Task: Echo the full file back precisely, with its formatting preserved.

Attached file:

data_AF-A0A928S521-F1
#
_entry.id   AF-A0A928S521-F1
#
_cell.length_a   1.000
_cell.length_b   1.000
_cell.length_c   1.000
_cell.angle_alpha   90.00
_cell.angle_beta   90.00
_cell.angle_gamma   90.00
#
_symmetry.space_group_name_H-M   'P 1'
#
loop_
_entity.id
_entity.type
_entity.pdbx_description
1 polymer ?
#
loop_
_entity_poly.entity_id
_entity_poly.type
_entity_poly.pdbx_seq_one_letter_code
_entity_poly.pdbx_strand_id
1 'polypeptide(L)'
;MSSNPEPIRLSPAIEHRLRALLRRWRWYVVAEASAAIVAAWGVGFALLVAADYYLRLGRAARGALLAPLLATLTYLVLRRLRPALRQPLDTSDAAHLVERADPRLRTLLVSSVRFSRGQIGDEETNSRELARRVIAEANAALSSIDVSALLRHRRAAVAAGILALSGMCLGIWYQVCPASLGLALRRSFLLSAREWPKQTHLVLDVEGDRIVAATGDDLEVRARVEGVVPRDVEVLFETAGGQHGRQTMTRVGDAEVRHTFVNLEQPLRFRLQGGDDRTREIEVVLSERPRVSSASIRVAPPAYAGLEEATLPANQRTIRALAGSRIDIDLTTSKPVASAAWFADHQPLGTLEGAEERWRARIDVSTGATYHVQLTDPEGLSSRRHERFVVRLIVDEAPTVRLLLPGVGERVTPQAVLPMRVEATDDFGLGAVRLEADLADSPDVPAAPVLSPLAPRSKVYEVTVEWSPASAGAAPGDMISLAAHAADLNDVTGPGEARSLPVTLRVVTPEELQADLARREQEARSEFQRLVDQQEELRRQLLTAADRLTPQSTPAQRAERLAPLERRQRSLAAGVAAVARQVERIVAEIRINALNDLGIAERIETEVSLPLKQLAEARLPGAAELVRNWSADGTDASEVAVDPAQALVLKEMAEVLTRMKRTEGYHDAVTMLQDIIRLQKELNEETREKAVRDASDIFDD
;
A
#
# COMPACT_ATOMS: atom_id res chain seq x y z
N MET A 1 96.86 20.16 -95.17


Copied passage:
data_AF-A0A928S521-F1
#
_entry.id   AF-A0A928S521-F1
#
_cell.length_a   1.000
_cell.length_b   1.000
_cell.length_c   1.000
_cell.angle_alpha   90.00
_cell.angle_beta   90.00
_cell.angle_gamma   90.00
#
_symmetry.space_group_name_H-M   'P 1'
#
loop_
_entity.id
_entity.type
_entity.pdbx_description
1 polymer ?
#
loop_
_entity_poly.entity_id
_entity_poly.type
_entity_poly.pdbx_seq_one_letter_code
_entity_poly.pdbx_strand_id
1 'polypeptide(L)'
;MSSNPEPIRLSPAIEHRLRALLRRWRWYVVAEASAAIVAAWGVGFALLVAADYYLRLGRAARGALLAPLLATLTYLVLRRLRPALRQPLDTSDAAHLVERADPRLRTLLVSSVRFSRGQIGDEETNSRELARRVIAEANAALSSIDVSALLRHRRAAVAAGILALSGMCLGIWYQVCPASLGLALRRSFLLSAREWPKQTHLVLDVEGDRIVAATGDDLEVRARVEGVVPRDVEVLFETAGGQHGRQTMTRVGDAEVRHTFVNLEQPLRFRLQGGDDRTREIEVVLSERPRVSSASIRVAPPAYAGLEEATLPANQRTIRALAGSRIDIDLTTSKPVASAAWFADHQPLGTLEGAEERWRARIDVSTGATYHVQLTDPEGLSSRRHERFVVRLIVDEAPTVRLLLPGVGERVTPQAVLPMRVEATDDFGLGAVRLEADLADSPDVPAAPVLSPLAPRSKVYEVTVEWSPASAGAAPGDMISLAAHAADLNDVTGPGEARSLPVTLRVVTPEELQADLARREQEARSEFQRLVDQQEELRRQLLTAADRLTPQSTPAQRAERLAPLERRQRSLAAGVAAVARQVERIVAEIRINALNDLGIAERIETEVSLPLKQLAEARLPGAAELVRNWSADGTDASEVAVDPAQALVLKEMAEVLTRMKRTEGYHDAVTMLQDIIRLQKELNEETREKAVRDASDIFDD
;
A
#
# COMPACT_ATOMS: atom_id res chain seq x y z
N MET A 1 96.86 20.16 -95.17